The final difference between basketball and tennis shoes is the looks. I don’t know what you think, but in my opinion, basketball shoes look so much better and stylish than tennis shoes.
In basketball culture, the shoes are a big deal, and many basketball brands really invest in the design and looks, which really shows.
Tennis shoes look nice as well, but nothing close to basketball shoes. Many basketball players even collect different shoes, whereas that is unheard of in tennis, at least for me.
Are tennis shoes worth it?
In short, if you play enough tennis to justify a new pair of shoes for yourself, then they are definitely worth it. Tennis shoes offer unique durability for tennis courts, secure lateral support, proper cushioning, and comfort in the right places, which results in better overall performance.
If you want to learn more about the subject, I highly encourage you to read my in-depth article about it, where I walk you through all the steps you should think about and how to choose a pair of your own.
Can you play basketball in tennis shoes?
You can use tennis shoes for basketball because both sports have similar movement and footwork and tennis shoes are more durable than basketball shoes, so they won’t wear out excessively as basketball shoes do in tennis. If you don’t mind the usual low-top design of tennis shoes, then they are fit for basketball.
There are some exceptions. For example, if your tennis shoes are specifically meant for grass courts, you shouldn’t use them anywhere else because the nubs that provide traction on the grass would get broken on a smooth and hard basketball court.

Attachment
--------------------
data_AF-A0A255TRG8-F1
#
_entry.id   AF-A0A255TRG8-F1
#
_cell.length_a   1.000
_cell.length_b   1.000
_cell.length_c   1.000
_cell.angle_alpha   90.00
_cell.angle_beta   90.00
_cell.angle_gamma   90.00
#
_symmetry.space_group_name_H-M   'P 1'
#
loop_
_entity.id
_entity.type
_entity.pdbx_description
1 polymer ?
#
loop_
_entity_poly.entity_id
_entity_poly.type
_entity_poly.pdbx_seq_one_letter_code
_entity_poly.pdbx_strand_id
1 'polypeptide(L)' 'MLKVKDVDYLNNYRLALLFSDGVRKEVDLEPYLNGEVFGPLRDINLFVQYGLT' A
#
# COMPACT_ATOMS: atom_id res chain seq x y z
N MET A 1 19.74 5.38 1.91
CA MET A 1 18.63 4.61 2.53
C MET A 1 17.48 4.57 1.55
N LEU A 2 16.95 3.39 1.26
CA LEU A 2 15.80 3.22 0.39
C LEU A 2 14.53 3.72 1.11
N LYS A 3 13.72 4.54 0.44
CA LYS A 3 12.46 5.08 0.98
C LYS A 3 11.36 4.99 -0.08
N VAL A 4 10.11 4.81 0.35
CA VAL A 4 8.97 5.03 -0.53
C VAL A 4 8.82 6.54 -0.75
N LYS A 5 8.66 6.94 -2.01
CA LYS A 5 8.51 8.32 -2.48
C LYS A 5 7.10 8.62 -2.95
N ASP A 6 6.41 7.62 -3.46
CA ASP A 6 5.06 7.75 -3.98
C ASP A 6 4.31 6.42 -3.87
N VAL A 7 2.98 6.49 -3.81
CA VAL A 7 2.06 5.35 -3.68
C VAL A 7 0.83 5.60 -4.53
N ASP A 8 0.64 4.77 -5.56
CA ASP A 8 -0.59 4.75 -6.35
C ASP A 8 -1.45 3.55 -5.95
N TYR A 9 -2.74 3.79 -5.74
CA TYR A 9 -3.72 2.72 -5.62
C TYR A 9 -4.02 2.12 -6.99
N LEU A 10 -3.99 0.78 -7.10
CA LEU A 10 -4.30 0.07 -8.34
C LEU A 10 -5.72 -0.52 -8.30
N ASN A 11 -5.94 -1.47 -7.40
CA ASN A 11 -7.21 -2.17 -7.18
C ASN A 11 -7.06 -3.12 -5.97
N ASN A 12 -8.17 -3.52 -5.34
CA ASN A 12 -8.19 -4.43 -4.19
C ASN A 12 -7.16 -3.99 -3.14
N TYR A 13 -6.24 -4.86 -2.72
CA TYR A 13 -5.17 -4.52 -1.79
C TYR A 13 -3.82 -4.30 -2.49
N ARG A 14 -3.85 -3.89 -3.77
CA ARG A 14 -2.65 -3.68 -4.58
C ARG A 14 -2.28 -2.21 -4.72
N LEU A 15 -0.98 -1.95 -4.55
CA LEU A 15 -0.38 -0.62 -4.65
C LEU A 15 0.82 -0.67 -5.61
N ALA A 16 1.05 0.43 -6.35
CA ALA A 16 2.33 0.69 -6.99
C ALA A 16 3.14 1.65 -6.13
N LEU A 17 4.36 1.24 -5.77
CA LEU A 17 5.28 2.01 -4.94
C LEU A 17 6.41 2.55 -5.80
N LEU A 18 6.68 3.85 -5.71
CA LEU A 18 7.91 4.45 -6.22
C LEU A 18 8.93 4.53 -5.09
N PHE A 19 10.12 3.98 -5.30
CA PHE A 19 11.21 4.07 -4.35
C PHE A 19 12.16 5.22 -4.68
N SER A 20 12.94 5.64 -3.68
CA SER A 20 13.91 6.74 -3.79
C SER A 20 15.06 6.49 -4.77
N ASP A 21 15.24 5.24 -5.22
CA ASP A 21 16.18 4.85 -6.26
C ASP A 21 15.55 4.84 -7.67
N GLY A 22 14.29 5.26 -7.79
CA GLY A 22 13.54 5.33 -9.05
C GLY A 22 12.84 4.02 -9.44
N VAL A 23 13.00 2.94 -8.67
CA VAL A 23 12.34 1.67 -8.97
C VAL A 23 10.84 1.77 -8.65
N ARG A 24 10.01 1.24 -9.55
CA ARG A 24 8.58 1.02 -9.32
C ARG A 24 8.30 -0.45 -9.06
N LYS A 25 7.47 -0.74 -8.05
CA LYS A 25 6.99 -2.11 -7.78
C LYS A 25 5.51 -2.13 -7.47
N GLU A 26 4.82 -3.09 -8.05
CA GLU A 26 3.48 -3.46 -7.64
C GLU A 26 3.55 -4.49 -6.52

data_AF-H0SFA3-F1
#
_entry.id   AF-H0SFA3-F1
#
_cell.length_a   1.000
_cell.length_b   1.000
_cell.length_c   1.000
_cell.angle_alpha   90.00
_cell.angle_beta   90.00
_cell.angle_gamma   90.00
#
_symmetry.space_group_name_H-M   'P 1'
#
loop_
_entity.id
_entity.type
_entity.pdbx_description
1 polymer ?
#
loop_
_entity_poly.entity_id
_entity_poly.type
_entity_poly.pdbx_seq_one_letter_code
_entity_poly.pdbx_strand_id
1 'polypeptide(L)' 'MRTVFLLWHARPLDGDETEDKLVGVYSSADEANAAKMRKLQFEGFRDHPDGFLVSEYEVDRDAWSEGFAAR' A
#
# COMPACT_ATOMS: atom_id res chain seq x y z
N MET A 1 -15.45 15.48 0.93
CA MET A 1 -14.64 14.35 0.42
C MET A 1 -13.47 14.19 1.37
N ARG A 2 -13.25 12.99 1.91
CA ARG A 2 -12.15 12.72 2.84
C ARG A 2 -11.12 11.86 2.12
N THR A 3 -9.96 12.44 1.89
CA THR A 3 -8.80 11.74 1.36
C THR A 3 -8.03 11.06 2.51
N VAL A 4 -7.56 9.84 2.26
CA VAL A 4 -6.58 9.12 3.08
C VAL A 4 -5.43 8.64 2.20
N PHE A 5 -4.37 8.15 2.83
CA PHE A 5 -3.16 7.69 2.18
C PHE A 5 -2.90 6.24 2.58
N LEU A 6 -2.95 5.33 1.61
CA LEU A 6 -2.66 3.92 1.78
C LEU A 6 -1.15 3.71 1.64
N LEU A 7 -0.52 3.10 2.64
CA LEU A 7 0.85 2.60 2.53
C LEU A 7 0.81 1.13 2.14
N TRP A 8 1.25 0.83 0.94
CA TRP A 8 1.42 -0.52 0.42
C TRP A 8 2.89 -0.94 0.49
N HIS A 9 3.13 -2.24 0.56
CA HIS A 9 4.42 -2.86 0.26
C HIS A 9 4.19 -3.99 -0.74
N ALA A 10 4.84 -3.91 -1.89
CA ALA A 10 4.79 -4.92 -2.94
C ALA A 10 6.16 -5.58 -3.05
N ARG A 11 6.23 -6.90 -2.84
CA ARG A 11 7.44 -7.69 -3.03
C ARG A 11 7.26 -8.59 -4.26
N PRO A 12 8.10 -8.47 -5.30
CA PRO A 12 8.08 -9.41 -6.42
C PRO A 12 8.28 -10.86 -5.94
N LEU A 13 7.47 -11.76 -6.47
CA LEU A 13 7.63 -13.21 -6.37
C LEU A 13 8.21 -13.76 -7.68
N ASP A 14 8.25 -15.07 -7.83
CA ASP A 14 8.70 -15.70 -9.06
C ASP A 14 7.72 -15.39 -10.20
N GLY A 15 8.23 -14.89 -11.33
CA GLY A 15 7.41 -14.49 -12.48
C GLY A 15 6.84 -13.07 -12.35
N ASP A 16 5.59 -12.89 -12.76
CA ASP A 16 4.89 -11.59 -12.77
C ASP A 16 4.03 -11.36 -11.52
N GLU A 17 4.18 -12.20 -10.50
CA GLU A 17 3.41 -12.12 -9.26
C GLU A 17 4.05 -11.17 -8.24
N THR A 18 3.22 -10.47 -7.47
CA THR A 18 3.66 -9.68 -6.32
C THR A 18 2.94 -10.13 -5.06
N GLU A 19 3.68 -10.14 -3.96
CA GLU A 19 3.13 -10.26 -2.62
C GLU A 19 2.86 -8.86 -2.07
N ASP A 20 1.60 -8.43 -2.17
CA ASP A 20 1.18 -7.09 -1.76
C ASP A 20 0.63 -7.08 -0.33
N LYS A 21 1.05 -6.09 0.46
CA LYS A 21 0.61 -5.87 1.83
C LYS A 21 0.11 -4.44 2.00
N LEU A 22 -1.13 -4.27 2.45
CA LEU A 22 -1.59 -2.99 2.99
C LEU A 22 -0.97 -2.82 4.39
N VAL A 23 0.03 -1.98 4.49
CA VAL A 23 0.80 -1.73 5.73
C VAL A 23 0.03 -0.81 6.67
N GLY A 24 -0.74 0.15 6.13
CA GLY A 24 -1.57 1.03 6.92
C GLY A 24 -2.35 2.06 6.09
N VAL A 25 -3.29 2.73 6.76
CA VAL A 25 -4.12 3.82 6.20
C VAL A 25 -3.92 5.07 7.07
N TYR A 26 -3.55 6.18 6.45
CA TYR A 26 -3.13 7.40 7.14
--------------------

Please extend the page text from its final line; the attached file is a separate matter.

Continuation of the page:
Also, if you feel like something isn’t right when you play basketball in tennis shoes, then for the sake of your enjoyment don’t use them.
All in all, playing basketball in tennis shoes is better than playing tennis in basketball shoes.
My Favorite Tennis Equipment
Thanks for reading this article. I hope it brought you great value that you can implement into your own life! Below you’ll find my top tennis equipment recommendations would like.
- Racket: My preferred tennis racket is the Wilson Ultra 100 V3. This racket is made from graphite and carbon fiber, making it durable, firm, and easy to swing. The racket weighs 300g, making it lightweight yet not too lightweight to generate power. The racket’s main benefit is power. I like to add multifilament strings to the racket, such as Wilson NXT Soft 16 (recommended tension 52lb/23.5kg), because they are comfortable and soft on the arm with a great feel to the game.
- Tennis balls: Best tennis balls are always pressurized, and I like them having extra-duty felt, which is fit for hard court play. I like Penn Championship Tennis Balls, and so does the ITF because these balls are approved for competitive play. So yes, these are the real deal.
- Tennis shoes: I can’t stress enough the importance of comfortable and supporting shoes. ASICS Gel-Resolution 8 tennis shoes are unique because the balance between durability and support mixed with comfort is something out of the ordinary.
- Fan Equipment: If you’re a fan more than a player, you don’t want to miss Fan Equipment by Fanatics. You can find items from various sports that bear your favorite team’s logo, such as jerseys, gift ideas, or other surprising things.